Better than generative AI.
tl:dr It takes a lot of hard work.
Learning Numbers to Leave Numbers | by Dave Gofman | General Writing: Idea, Thinking, Opinion | Medium
This process of integrating technical understanding with natural creativity and intuition is a delicate balance it seems. Spend too long on systematic, technical repetition and you may lose sight of the fascination and creativity which pulled you into the pursuit in the first place. Integrate too quickly and you won’t have the technical foundations necessary to intuit the correct decision or action in the moment. But the way Waizkin describes it doesn’t seem like there is actually a choice to make as to when to begin “leaving numbers”. It seems to be almost a natural progression from “form” to “leaving form”; one you as the performer shouldn’t force or resist, but monitor constantly and adapt to. Both processes can go on simultaneously, working together to inform and enhance the learning process. As Waitzkin describes for himself, it is “about searching for the flow that [lies] at the heart of, and transcend[s], the technical.”
You can extend this rationale to anything. Generative ideas for blogs. Generative ideas for handling tasks. Anything. The problem is that people don’t want to exert themselves with the basics.
I remember dealing with colleagues in my previous place of employment that required insane entries in EMR’s. That would have sussed many, but I worked on my typing by making the words appear on the screen as fast as the thoughts would allow. This, and then my efforts to automate numerous other avenues. An afternoon of work, and some eureka moments later, everything moves on auto-pilot. There’s a significant amount of work done than manually. Therefore, I spend time filtering out the relevance from the firehose. I process more information in the background by using the same tools that everyone has, but better. Writing this blog has helped me figure out what’s relevant. I can process emails, for example, and thoughts in the background while writing out the blog posts.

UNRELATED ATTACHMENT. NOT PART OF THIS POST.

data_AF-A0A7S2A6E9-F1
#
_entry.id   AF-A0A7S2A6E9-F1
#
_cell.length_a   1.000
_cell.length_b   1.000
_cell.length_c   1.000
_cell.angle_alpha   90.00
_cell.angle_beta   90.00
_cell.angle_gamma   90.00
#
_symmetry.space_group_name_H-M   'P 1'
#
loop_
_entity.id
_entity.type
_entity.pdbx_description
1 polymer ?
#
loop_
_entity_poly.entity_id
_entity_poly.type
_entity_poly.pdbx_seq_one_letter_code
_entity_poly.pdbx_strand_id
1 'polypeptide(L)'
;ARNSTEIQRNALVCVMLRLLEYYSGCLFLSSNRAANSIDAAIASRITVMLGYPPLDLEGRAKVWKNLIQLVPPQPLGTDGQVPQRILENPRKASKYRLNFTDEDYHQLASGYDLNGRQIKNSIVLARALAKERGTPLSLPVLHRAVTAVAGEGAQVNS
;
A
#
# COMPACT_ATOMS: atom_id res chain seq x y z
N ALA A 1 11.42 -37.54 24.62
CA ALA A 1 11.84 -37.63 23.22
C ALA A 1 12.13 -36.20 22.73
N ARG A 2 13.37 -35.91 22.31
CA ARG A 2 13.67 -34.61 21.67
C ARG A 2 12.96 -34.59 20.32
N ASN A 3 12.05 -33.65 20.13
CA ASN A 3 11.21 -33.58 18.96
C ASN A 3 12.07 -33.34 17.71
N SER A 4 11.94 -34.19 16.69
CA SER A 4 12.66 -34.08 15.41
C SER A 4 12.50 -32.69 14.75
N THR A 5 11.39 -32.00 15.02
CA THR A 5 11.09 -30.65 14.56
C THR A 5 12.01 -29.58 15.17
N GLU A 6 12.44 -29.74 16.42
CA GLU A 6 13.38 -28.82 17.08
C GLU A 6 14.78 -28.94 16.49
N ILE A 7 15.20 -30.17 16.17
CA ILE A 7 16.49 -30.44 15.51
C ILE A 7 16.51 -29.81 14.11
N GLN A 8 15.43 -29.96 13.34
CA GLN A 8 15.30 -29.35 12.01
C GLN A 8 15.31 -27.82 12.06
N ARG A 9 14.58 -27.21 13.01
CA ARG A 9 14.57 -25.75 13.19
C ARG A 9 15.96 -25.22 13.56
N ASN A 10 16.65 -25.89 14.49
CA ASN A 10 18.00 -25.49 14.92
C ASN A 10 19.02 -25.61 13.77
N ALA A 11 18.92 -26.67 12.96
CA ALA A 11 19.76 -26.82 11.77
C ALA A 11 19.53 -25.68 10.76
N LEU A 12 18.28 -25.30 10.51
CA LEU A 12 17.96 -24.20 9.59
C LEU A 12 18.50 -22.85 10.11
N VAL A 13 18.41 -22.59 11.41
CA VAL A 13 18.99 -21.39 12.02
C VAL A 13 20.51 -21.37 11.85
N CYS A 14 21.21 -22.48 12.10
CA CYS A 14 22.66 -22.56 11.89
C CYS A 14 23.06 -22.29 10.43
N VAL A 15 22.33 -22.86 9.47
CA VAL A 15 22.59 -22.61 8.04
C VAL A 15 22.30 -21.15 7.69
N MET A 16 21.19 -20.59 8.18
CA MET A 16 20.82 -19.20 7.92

These have a bearing on the way I research for articles/thoughts/ideas. Most of the published literature is “me-too” without offering novel insights into the same problem, and the abhorrence of journals to publish “null-results”. Therefore, everything is overstated. I am not blaming the individuals, but when your academic career depends on the “publish or perish” mentality, anything can be pushed out.
Therefore, to reduce work in thinking, you have to work harder in writing. Thinking will come naturally. You can think while driving (and not listening to podcasts), which leave no mental residue, but have a weird impact on making you productive. You can think while riding or working. You need to devise ways to ensure minimal distractions. Identify products/ideas to speed up your reading/writing, and identify sources to blog.